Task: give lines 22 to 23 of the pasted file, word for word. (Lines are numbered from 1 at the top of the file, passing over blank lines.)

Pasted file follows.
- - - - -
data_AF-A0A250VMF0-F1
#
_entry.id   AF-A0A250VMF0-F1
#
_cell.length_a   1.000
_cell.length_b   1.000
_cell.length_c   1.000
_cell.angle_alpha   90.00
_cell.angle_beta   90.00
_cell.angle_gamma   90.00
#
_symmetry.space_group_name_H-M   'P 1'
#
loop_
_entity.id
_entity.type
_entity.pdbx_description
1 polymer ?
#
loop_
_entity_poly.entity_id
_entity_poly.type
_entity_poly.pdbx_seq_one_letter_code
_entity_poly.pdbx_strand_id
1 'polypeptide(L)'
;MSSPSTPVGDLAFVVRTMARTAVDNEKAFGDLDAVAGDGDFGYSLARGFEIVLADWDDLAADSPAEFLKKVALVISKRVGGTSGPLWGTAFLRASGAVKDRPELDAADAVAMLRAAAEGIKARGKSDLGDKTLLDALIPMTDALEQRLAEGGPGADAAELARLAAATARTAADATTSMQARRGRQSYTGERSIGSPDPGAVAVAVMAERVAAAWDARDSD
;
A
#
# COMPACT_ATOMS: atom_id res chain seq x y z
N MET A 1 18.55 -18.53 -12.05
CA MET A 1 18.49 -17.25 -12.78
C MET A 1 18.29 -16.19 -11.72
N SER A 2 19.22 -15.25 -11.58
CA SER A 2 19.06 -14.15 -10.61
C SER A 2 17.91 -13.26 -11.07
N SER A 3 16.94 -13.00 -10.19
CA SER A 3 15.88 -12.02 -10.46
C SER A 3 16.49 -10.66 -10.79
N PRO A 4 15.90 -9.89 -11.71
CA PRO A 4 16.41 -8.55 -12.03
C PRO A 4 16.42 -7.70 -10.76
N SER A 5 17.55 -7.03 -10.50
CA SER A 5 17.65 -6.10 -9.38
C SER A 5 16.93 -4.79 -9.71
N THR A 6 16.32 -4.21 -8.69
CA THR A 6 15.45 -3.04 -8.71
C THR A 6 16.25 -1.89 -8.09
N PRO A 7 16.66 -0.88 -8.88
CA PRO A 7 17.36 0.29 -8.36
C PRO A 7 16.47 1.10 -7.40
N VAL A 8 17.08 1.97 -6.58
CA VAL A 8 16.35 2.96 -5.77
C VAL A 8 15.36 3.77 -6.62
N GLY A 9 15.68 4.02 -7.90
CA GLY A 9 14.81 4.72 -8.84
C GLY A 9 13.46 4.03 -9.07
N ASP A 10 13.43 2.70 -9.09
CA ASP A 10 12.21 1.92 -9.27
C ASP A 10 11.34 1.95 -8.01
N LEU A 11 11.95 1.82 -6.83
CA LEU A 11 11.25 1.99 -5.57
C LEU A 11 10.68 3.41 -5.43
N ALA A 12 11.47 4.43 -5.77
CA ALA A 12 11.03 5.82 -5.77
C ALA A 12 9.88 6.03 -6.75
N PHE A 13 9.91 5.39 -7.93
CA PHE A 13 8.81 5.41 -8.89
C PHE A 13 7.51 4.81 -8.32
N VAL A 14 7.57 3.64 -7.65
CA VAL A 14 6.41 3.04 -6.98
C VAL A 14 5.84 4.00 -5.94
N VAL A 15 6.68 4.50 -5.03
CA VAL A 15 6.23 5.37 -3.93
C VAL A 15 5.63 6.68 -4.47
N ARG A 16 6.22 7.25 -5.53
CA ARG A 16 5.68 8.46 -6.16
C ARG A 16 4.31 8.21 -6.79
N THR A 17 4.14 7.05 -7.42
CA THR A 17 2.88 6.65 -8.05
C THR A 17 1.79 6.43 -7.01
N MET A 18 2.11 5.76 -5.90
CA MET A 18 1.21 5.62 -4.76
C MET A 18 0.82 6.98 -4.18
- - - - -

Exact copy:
_entity_poly.type
_entity_poly.pdbx_seq_one_letter_code